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Sarkozy and Medvedev agree on peace plan

Latest update : 2008-09-09

French President Nicolas Sarkozy said Russia had agreed to pull back its troops in Georgia within a month with the exception of the rebel regions of Abkhazia and South Ossetia. Georgia, meanwhile, said Russia's decision was a step forward.

Georgian President Mikheil Saakashvili gave a qualified welcome Tuesday to the news that Russia had agreed to pull its troops from all of Georgia except two separatist regions.
   
Saakashvili insisted that any long-term solution to the conflict had to respect his country's territorial integrity -- including the breakaway regions of Abkhazia and South Ossetia.
   
Earlier, Russian President Dmitry Medvedev had pledged to pull back from Georgia apart from the two breakaway regions, after talks Monday with French President Nicolas Sarkozy, who led a European Union delegation.
   
But Moscow's recognition of the independence of Abkhazia and South Ossetia was "irrevocable", said Medvedev.
   
"We made a choice for ourselves," Medvedev said. "This choice is final and irrevocable."
   
During the talks in Russia, Sarkozy handed Medvedev a letter from Saakashvili promising not to use force again.
   
"Russia received a guarantee from the European Union and from France as representative of the European Union on non-use of force by the Georgian side," said Medvedev.
   
There would be a "complete withdrawal of Russian peacekeeping forces" from zones adjacent to South Ossetia and Abkhazia 10 days after the deployment of the EU observers, he added.
   
Under the deal brokered by Sarkozy, Medvedev agreed to the deployment of at least 200 European Union observers in Georgia by October 1 to monitor the pull-out.
   
Sarkozy, the current EU president, said negotiations on a new EU-Russia partnership agreement -- put on hold over the crisis -- could resume "as early as October" if Moscow fulfilled the agreed measures.
   
But speaking later in Georgia he warned that if Russia failed to meet its commitment to a troop withdrawal, the EU would draw its own conclusions.
   
Saakashvili, speaking to reporters in Tblisi after meeting the EU delegation led by Sarkozy, said that Russia's agreement to pull back its troops was only the beginning of a solution.
   
"We are simply at the very beginning of this major task and there is still a lot to be done," he said.
   
"We must continue to implement the European solution to reach a definitive solution respecting Georgia's territorial integrity and the principle of justice for our country and for our region," he added.
   
He announced that a summit, largely focused on reconstruction, would be held in Tbilisi next month with the participation of Sarkozy, German Chancellor Angela Merkel and representatives of international financial organisations.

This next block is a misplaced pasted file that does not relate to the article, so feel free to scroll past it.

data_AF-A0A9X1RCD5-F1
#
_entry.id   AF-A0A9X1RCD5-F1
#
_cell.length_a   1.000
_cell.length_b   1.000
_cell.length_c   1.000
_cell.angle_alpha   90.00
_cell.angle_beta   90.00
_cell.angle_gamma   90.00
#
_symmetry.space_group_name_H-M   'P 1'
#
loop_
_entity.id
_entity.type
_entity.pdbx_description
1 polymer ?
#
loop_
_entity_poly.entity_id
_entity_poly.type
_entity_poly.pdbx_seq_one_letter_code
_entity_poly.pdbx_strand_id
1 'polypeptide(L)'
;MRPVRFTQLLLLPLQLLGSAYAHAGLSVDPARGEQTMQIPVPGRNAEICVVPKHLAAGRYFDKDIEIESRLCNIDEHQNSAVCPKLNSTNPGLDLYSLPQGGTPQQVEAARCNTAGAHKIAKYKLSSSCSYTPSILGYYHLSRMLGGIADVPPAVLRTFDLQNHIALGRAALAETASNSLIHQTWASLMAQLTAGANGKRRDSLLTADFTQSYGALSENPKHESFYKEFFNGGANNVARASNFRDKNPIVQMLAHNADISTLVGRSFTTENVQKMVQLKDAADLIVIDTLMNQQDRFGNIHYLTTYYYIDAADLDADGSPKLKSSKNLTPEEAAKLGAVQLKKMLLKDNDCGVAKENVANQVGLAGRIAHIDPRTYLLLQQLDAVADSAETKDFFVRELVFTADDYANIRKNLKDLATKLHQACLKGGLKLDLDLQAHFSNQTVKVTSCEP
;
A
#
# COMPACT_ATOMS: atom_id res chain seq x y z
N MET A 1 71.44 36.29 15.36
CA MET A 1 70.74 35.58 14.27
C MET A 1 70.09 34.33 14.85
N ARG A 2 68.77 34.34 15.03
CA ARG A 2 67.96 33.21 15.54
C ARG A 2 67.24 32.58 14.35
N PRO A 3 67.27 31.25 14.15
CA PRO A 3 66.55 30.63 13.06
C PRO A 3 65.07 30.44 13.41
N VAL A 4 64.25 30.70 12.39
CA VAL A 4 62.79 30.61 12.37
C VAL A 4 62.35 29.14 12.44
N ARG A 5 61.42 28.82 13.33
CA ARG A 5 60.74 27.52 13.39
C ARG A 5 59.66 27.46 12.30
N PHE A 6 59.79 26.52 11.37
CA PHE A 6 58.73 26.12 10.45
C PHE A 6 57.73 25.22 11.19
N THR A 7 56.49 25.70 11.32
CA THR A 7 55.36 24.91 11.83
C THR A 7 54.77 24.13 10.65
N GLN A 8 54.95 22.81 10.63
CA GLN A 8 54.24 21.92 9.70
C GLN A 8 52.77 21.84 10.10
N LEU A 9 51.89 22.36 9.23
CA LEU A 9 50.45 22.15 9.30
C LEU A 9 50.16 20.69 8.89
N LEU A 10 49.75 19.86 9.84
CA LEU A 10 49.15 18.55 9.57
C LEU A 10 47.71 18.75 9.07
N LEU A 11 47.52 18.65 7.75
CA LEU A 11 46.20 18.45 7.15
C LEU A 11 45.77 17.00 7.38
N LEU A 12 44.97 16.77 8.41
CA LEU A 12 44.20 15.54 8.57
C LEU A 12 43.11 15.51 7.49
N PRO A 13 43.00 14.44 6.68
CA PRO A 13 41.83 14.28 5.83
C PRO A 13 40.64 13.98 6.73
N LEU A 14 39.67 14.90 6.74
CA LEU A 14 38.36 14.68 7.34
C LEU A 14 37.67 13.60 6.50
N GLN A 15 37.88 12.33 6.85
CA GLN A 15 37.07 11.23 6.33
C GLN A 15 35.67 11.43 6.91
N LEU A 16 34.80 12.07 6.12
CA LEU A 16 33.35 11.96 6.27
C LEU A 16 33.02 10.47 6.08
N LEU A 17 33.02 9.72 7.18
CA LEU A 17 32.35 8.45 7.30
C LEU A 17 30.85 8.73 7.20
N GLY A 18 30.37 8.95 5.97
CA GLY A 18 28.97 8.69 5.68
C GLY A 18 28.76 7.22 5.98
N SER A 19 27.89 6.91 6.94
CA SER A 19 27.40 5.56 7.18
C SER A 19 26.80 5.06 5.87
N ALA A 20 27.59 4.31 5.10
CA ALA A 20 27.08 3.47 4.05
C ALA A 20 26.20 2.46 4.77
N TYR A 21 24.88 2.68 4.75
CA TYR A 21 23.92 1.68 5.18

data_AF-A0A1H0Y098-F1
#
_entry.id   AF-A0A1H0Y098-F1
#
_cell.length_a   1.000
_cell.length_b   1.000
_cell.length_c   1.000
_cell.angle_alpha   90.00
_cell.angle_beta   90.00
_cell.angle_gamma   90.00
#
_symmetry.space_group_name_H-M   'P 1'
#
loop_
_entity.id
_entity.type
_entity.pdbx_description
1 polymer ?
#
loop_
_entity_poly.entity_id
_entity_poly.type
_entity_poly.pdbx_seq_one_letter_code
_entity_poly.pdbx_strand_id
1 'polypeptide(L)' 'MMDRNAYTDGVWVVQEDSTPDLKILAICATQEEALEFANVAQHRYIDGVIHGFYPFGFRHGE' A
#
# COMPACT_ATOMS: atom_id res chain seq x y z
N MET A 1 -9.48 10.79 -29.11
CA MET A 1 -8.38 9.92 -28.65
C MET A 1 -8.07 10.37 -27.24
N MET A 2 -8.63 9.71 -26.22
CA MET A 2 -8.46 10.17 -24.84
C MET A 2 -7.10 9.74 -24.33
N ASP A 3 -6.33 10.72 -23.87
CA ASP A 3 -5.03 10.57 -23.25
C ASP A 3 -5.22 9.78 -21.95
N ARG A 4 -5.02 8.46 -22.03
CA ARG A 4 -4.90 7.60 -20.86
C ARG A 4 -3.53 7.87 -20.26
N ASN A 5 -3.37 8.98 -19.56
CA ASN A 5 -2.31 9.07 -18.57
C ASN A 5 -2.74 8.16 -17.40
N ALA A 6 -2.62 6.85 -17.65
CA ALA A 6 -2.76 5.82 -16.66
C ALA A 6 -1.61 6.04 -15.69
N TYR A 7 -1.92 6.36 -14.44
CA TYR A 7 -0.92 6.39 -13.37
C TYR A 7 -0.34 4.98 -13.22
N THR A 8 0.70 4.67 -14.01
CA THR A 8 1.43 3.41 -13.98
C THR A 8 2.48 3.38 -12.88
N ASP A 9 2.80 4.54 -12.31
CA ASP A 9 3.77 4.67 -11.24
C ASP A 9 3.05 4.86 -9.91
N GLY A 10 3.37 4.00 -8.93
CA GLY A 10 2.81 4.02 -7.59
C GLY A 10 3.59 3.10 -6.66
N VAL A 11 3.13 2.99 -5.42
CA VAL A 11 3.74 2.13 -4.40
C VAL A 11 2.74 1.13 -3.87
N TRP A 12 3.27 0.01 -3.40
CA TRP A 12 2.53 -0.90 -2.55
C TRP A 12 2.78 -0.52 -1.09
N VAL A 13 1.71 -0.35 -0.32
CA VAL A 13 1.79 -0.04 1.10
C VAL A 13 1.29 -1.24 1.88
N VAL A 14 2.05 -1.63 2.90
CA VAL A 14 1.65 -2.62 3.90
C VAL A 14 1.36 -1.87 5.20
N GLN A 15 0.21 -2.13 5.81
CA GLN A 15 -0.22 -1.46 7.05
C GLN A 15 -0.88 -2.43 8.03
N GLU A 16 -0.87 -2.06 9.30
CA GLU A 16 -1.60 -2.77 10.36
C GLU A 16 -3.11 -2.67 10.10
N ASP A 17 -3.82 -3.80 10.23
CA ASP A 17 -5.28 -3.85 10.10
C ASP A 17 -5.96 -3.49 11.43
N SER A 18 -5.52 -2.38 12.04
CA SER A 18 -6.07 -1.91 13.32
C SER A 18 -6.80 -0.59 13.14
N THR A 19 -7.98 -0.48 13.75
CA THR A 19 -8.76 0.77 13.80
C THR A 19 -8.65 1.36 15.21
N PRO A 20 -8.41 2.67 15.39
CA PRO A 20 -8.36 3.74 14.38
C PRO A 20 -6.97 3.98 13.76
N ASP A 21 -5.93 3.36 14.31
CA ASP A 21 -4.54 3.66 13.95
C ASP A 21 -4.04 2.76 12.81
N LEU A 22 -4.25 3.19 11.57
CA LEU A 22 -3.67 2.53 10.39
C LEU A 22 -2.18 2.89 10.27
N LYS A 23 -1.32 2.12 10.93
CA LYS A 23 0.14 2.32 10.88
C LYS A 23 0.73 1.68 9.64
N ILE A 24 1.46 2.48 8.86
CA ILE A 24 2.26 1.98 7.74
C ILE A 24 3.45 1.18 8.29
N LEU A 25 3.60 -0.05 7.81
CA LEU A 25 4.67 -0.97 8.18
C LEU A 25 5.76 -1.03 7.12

European Commission chief Jose Manuel Barroso, another member of the EU delegation, expressed the European Union's continuing "solidarity" with Georgia at a press conference in Tblisi.
   
"Georgia can count on the solidarity and the engagement of the European Union in these difficult hours. The EU is ready to deepen its political and economic relations with Georgia," he said.
   
Washington stuck to its firm line, with US President George W. Bush taking a long-awaited decision to freeze a landmark civilian nuclear agreement with Russia in protest at Moscow's military moves in Georgia.
   
"The president intends to notify Congress that he has today rescinded his prior determination regarding the US-Russia agreement for peaceful nuclear cooperation," a statement said.
   
An official at the Russian foreign ministry described the US move as "regrettable" and "out of keeping with bilateral relations."
   
Russian tanks and troops surged into Georgia on August 8 to rebuff a Georgian offensive to retake South Ossetia.
   
Moscow argued that it repelled Georgian troops last month to protect thousands of people to whom it had granted Russian citizenship since the 1991 collapse of the Soviet Union.
   
Hundreds of people on both sides are estimated to have been killed in the conflict, which wrought extensive destruction on the South Ossetian capital Tskhinvali. Tens of thousands fled their homes.
   
The conflict sent relations between Russia and the West to their lowest point since the Cold War.
   
Georgia, whose army was routed by the Russians after its ill-fated assault to regain control of South Ossetia, says Russia has almost 1,500 soldiers still in Georgia proper which it regards as an occupying force.
   
In another development Monday, Georgia accused Russia before the UN's International Court of Justice in The Hague of conducting a long-running campaign of "ethnic cleansing" in Georgian territory.
   
Russia has not responded publicly to the Georgian application, but alleges that Georgia committed "genocide" with its assault on Tskhinvali.

Date created : 2008-09-08

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